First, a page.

Professor Spotlight: Dr. Jennifer Kelley “Professor shares her passion for chemistry”

Nisheeka Simmons, Staff Writer

Dr. Jennifer Kelley, Associate Professor of Chemistry, has been a part of the Francis Marion

University (FMU) faculty since August 2004.  Kelley completed her Bachelor’s degree at

Greensboro College and received her Ph. D. from the University of Illinois.

Kelley currently teaches Chemistry 101, Chemistry 102, Biochemistry 102 and Biochemistry

102. She said that she first became interested in the sciences when, in the sixth grade, she

received a bad grade in science class.

“It was the worst grade that I had made as a child, so I immediately thought, ‘Oh, I have to

figure this thing out,’” Kelley said. “Then while working as a tech, I realized that you really can’t

move up the ladder in that type of industry unless you have a chemistry degree.”

Kelley also explained that working as a lab technician for a pesticide company for four years

also influenced her decision.

According to Kelley, a love of teaching is a quality that has been ingrained in her since

childhood. She said she grew up in a small town where her role models were her teachers, and

she chose to work here because FMU is more student focused.

“I was one of those kids where if me and my cousins were playing, I had to be the teacher,”

Kelley said. “When asked what I wanted to do after graduate school I said, ‘Well, I think I’d like

to teach, but I don’t want to teach in one of these high-power institutions where it is really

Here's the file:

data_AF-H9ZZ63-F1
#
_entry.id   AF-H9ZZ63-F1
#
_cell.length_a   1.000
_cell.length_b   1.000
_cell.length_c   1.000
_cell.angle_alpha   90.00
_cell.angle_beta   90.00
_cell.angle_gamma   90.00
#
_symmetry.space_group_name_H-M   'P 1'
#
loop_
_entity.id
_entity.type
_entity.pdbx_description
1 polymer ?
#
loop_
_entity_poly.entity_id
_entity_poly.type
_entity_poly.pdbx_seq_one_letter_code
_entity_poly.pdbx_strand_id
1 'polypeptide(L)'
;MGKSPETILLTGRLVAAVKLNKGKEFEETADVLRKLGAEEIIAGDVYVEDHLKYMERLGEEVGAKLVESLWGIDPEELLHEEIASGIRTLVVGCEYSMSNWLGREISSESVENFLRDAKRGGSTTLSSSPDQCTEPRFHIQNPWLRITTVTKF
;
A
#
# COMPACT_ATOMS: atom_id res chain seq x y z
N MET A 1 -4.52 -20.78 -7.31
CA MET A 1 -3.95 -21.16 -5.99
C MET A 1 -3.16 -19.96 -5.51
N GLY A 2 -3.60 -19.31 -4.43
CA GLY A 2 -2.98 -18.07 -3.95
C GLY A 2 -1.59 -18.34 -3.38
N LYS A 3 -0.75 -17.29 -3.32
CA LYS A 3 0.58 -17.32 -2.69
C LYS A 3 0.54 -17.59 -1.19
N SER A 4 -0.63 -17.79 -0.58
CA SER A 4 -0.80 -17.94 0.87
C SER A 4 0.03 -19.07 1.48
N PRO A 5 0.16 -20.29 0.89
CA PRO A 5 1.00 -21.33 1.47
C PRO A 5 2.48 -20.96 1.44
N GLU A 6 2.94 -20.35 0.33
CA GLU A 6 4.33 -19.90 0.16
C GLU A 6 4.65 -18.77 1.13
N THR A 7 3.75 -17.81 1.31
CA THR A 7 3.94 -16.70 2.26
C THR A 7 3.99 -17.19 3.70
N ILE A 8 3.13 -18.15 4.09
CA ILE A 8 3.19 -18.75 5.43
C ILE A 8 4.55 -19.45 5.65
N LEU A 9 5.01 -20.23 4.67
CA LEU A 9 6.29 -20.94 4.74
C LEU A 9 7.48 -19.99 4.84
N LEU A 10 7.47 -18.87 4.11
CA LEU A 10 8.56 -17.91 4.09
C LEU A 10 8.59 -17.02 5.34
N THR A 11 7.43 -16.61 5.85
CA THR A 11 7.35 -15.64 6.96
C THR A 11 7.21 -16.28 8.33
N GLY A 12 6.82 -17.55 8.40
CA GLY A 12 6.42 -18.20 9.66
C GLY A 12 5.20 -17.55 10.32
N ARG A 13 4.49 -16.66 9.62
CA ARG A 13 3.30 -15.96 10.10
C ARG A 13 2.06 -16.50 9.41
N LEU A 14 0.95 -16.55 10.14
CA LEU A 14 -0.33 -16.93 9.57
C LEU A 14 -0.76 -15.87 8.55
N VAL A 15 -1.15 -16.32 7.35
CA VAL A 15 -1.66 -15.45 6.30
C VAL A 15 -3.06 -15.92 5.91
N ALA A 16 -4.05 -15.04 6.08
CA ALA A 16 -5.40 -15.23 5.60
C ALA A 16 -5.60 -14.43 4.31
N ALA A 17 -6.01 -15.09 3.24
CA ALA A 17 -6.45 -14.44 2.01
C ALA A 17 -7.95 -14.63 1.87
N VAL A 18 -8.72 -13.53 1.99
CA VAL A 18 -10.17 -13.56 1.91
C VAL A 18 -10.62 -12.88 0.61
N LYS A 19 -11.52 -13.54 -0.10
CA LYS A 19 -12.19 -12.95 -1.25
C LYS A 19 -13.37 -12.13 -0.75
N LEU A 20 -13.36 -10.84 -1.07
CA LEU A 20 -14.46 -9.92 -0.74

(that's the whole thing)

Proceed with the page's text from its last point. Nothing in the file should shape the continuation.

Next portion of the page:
research based because I am more of a people person.’”

As an advisor for the American Chemical Society (ACS) student group, Kelley says she gets

to put her people skills to work.  She was asked by the other faculty in the chemistry department

to reactivate ACS about five or six years ago, and now it is among the most active organizations

on campus. “For the past three years we have received an Outstanding Award for our chapter

activities from the Society Committee on Education,” Kelley said. “We went from nothing to

being one of the top active groups, so I am very proud of that.”

One success that Kelley finds through ACS is that she gets to know the students in a more

personal capacity than she could through the classroom.  She says she also gets to meet students

that she might not have the opportunity to teach or work with in any way.

Kelly also advises that students work not only to do well in their subject area, but also to

develop good interpersonal skills.  She said she feels that ACS gives the students an opportunity

to develop those skills and gives them a connection to others who experience the same things

they do.  Kelley explained that she feels like she is connected to these students because she was a

first-generation student.

“I know what it feels like to go home and want to talk about it, and no one understands,”

Kelley said. “If none of your family has been to college, then they do not understand why it is so

hard. Their answer will be that you need to study more, and sometimes that is just not it.”

According to Kelley, she is taking her role in ACS a step further by serving as the chair-elect

for the South Carolina section. In January 2014, she will become the official chairperson for the


Kelley offered a piece of advice for students of all majors.

“Don’t flip burgers during the summer!” Kelley said. “Do something that will advance your